Copenhagen Airport baggage strikes: Passengers may have right to compensation

Passengers affected by strikes conducted by baggage staff at Copenhagen Airport may be able to claim compensation for disrupted services, a consumers’ interest organisation has said.

Passengers with baggage at Copenhagen Airport
Passengers with baggage at Copenhagen Airport on February 14th 2022. Airline customers who face delays due to ongoing strikes by baggage handlers may be entitled to compensation, according to a consumer interest group. Photo: Liselotte Sabroe/Ritzau Scanpix

Baggage staff at Copenhagen Airport have been engaged in a wildcat strike – meaning a strike that is not endorsed by the workers’ trade union and in breach of their collective bargaining agreement – since Saturday morning.

Those strikes continued on Monday despite the Danish labour court, Arbejdsretten, ordering the baggage handlers to resume working and ruling fines can be issued to workers who continue the walkout, broadcaster DR reported.

Dissatisfaction with wage and working conditions has been reported to be the reason for the wildcat strikes.

READ ALSO: Delays at Copenhagen Airport as baggage staff continue wildcat strikes

The Danish Consumer Council (Forbrugerrådet Tænk) said on Monday that some airline customers may be able to claim compensation for the impact on travel caused by the strikes.

“When a flight has been delayed by more than three to four hours – depending on the length of the journey – you have the right to have your flight rearranged and if you are not happy with the rearranged flight, you can get your money back,” the organisation’s senior consultant Vagn Jelsøe told Ritzau.

“Additionally, in some cases you may have the right to further compensation to an amount corresponding to the length of the journey. That can be between 250 and 600 euros,” he said.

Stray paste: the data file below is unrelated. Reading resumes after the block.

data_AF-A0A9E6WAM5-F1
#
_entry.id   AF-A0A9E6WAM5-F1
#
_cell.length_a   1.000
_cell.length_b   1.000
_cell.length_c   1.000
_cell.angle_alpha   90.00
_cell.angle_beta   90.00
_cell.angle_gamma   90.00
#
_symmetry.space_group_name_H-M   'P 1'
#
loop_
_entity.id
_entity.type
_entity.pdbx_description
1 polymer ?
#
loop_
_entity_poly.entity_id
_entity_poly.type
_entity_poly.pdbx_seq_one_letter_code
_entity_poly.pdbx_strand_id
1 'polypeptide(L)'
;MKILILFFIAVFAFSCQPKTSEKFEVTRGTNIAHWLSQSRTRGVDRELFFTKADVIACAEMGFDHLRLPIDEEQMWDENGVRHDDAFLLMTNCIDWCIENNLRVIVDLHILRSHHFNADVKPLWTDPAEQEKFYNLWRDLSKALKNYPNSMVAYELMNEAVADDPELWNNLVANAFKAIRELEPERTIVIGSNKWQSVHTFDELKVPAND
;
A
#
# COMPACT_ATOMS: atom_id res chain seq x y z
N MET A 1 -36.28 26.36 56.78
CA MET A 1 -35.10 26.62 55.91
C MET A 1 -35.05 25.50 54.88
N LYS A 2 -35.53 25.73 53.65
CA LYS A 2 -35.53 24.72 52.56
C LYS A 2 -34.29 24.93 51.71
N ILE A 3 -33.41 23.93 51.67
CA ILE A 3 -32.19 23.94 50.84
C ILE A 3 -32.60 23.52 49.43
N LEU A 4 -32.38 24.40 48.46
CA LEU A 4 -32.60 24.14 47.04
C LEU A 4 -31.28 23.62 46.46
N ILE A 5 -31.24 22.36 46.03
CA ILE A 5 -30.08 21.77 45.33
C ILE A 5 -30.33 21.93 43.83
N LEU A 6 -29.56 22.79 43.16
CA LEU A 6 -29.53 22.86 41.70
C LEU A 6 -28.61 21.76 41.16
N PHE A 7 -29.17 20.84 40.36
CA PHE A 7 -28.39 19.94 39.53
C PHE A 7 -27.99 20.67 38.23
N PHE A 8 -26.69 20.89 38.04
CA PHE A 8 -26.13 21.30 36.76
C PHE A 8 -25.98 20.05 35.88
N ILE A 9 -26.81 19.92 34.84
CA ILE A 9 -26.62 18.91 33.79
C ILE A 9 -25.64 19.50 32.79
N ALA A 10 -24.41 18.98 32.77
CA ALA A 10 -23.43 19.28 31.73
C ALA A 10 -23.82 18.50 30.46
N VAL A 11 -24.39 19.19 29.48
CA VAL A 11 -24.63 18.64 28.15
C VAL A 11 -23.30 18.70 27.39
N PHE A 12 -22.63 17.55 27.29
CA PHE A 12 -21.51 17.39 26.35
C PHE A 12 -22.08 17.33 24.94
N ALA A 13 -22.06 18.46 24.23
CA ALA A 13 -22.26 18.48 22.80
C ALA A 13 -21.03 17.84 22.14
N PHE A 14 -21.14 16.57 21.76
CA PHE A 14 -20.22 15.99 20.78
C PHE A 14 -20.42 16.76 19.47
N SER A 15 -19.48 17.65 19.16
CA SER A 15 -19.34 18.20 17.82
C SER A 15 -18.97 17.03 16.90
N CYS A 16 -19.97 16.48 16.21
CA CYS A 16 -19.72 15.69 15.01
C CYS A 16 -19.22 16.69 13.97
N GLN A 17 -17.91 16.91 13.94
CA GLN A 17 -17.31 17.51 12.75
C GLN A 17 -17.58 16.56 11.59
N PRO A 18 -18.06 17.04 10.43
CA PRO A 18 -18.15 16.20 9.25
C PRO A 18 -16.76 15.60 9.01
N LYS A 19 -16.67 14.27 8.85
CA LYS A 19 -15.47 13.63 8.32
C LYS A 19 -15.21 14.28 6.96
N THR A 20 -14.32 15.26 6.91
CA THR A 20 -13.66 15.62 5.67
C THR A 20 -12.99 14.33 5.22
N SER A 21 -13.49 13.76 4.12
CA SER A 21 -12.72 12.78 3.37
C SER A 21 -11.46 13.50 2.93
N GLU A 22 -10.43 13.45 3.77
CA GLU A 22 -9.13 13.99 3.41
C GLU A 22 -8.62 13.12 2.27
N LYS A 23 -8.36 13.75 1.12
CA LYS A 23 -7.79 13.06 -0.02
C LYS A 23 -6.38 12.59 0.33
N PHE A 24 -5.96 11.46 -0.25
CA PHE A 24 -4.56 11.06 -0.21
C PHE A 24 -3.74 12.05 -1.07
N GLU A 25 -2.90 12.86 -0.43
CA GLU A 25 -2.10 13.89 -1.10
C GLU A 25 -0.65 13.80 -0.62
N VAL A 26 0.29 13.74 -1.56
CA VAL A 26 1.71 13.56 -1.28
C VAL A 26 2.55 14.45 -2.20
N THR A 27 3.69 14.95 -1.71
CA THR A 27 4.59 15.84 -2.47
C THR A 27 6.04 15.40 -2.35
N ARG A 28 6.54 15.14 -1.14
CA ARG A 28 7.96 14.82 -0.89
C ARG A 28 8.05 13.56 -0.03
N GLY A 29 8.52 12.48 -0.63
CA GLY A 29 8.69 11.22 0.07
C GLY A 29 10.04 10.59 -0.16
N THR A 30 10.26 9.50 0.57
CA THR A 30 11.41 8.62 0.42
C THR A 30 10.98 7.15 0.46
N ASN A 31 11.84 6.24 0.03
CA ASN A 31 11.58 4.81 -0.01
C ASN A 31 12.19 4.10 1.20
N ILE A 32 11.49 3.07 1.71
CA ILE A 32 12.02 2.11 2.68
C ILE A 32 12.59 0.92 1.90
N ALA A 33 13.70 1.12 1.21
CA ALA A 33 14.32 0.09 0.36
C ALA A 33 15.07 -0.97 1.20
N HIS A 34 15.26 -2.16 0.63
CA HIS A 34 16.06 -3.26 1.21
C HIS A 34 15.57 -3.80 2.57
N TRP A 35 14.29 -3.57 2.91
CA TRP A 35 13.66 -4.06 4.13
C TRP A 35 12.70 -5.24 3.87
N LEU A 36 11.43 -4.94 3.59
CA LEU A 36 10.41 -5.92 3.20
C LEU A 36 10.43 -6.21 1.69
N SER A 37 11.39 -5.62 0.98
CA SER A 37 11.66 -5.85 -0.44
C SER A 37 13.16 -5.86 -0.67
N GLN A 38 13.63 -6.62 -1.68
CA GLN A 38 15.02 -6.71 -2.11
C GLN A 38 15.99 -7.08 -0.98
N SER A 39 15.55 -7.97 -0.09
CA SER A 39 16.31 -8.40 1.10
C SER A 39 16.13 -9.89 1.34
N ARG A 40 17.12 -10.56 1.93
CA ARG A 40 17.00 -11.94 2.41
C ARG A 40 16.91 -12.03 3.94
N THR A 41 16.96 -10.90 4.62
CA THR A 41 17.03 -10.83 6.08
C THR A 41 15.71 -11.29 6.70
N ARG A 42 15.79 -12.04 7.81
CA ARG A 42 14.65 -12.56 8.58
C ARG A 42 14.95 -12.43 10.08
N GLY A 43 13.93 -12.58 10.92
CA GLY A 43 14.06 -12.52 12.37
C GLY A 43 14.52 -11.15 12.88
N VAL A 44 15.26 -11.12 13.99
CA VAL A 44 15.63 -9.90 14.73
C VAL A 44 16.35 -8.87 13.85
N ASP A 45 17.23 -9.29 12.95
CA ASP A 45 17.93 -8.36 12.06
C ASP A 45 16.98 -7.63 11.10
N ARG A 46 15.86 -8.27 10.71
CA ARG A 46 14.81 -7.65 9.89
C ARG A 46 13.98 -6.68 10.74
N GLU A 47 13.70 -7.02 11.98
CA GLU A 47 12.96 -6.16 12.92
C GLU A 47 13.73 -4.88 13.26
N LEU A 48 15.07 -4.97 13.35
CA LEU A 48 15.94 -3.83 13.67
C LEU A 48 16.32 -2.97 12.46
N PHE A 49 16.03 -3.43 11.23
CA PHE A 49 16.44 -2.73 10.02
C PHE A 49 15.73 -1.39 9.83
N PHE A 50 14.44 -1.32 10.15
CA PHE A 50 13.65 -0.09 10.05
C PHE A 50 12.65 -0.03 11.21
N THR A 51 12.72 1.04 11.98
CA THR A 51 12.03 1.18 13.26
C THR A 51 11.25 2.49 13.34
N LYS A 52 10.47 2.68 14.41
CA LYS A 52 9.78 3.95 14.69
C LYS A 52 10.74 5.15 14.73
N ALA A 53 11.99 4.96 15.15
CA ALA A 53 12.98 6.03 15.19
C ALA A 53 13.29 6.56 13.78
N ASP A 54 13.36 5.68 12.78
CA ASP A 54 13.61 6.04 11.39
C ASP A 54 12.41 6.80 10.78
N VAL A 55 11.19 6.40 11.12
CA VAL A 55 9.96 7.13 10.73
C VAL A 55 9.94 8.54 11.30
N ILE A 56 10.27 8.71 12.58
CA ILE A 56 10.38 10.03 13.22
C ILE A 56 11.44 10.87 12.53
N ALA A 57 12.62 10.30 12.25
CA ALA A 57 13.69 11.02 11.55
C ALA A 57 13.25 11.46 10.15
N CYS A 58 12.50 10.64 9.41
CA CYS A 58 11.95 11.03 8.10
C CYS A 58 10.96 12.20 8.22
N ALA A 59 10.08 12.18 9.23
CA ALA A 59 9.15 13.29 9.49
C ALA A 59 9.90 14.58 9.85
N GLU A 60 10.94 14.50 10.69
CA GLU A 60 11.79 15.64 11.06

However, the European compensation rules have some exceptions, including for delays that occurs due to “unusual circumstances” which can include strikes.

But that does not necessarily mean SAS, which owns the baggage handling company, SAS Ground Handling (SGH), will be exempt from paying compensation in the current situation.

“There are actually different court decisions relating to strikes that point in different directions,” Jelsøe said.

“How a court would end up ruling in this case, I dare not say,” he said.

The consumer rights consultant said that passengers interested in claiming compensation should begin by contacting SAS. If a claim with SAS is rejected, they can contact the Danish Civil Aviation and Railway Authority (Trafikstyrelsen).

The unsanctioned strikes could also mean luggage does not arrive on time in addition to delayed flight departures.

“If you do not have your baggage forwarded to you within a reasonable amount of time, you also have the right to claim reasonable compensation,” Jelsøe said.

According to SAS’ website, passengers whose baggage is delayed by more than 24 hours can claim compensation of around 560 kroner per day to purchase essential items.